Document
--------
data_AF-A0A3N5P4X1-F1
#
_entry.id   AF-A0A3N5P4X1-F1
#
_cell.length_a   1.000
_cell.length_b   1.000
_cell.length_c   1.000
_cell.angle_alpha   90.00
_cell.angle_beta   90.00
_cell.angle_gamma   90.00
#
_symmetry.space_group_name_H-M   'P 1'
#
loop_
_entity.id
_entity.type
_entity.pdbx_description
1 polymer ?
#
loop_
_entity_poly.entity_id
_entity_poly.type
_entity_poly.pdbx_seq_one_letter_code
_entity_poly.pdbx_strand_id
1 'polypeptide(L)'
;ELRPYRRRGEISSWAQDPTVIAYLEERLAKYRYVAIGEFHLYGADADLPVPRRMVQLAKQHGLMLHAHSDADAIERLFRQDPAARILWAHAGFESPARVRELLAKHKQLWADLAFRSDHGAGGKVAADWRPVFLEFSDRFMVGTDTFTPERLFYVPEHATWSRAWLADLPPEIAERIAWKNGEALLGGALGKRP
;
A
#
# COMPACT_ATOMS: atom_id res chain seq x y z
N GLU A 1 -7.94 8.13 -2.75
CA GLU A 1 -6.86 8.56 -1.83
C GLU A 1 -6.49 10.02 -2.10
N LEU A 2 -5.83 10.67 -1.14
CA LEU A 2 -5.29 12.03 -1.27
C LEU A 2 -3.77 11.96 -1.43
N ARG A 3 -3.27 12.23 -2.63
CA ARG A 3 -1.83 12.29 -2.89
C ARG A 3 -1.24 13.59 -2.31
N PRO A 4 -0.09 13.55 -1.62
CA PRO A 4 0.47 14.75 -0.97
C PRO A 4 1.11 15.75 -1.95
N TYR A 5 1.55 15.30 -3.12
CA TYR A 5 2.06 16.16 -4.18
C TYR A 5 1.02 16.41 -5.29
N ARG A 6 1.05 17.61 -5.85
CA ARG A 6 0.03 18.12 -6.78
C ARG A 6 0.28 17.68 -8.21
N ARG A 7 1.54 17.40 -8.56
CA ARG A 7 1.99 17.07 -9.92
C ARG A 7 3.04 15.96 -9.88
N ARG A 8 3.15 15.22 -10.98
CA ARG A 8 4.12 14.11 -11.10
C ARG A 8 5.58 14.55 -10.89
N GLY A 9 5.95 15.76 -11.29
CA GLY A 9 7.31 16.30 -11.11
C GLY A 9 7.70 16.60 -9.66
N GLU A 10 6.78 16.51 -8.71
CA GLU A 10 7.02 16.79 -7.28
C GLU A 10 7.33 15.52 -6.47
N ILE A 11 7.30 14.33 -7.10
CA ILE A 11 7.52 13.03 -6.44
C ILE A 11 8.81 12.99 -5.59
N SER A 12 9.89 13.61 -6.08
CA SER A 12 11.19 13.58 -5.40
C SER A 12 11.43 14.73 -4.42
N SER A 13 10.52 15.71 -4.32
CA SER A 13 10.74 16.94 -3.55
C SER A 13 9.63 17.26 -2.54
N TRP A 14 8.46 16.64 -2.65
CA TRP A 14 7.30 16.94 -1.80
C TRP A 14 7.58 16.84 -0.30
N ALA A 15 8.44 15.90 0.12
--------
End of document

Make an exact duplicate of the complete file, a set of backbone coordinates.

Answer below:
data_AF-A0A3N5P4X1-F1
#
_entry.id   AF-A0A3N5P4X1-F1
#
_cell.length_a   1.000
_cell.length_b   1.000
_cell.length_c   1.000
_cell.angle_alpha   90.00
_cell.angle_beta   90.00
_cell.angle_gamma   90.00
#
_symmetry.space_group_name_H-M   'P 1'
#
loop_
_entity.id
_entity.type
_entity.pdbx_description
1 polymer ?
#
loop_
_entity_poly.entity_id
_entity_poly.type
_entity_poly.pdbx_seq_one_letter_code
_entity_poly.pdbx_strand_id
1 'polypeptide(L)'
;ELRPYRRRGEISSWAQDPTVIAYLEERLAKYRYVAIGEFHLYGADADLPVPRRMVQLAKQHGLMLHAHSDADAIERLFRQDPAARILWAHAGFESPARVRELLAKHKQLWADLAFRSDHGAGGKVAADWRPVFLEFSDRFMVGTDTFTPERLFYVPEHATWSRAWLADLPPEIAERIAWKNGEALLGGALGKRP
;
A
#
# COMPACT_ATOMS: atom_id res chain seq x y z
N GLU A 1 -7.94 8.13 -2.75
CA GLU A 1 -6.86 8.56 -1.83
C GLU A 1 -6.49 10.02 -2.10
N LEU A 2 -5.83 10.67 -1.14
CA LEU A 2 -5.29 12.03 -1.27
C LEU A 2 -3.77 11.96 -1.43
N ARG A 3 -3.27 12.23 -2.63
CA ARG A 3 -1.83 12.29 -2.89
C ARG A 3 -1.24 13.59 -2.31
N PRO A 4 -0.09 13.55 -1.62
CA PRO A 4 0.47 14.75 -0.97
C PRO A 4 1.11 15.75 -1.95
N TYR A 5 1.55 15.30 -3.12
CA TYR A 5 2.06 16.16 -4.18
C TYR A 5 1.02 16.41 -5.29
N ARG A 6 1.05 17.61 -5.85
CA ARG A 6 0.03 18.12 -6.78
C ARG A 6 0.28 17.68 -8.21
N ARG A 7 1.54 17.40 -8.56
CA ARG A 7 1.99 17.07 -9.92
C ARG A 7 3.04 15.96 -9.88
N ARG A 8 3.15 15.22 -10.98
CA ARG A 8 4.12 14.11 -11.10
C ARG A 8 5.58 14.55 -10.89
N GLY A 9 5.95 15.76 -11.29
CA GLY A 9 7.31 16.30 -11.11
C GLY A 9 7.70 16.60 -9.66
N GLU A 10 6.78 16.51 -8.71
CA GLU A 10 7.02 16.79 -7.28
C GLU A 10 7.33 15.52 -6.47
N ILE A 11 7.30 14.33 -7.10
CA ILE A 11 7.52 13.03 -6.44
C ILE A 11 8.81 12.99 -5.59
N SER A 12 9.89 13.61 -6.08
CA SER A 12 11.19 13.58 -5.40
C SER A 12 11.43 14.73 -4.42
N SER A 13 10.52 15.71 -4.32
CA SER A 13 10.74 16.94 -3.55
C SER A 13 9.63 17.26 -2.54
N TRP A 14 8.46 16.64 -2.65
CA TRP A 14 7.30 16.94 -1.80
C TRP A 14 7.58 16.84 -0.30
N ALA A 15 8.44 15.90 0.12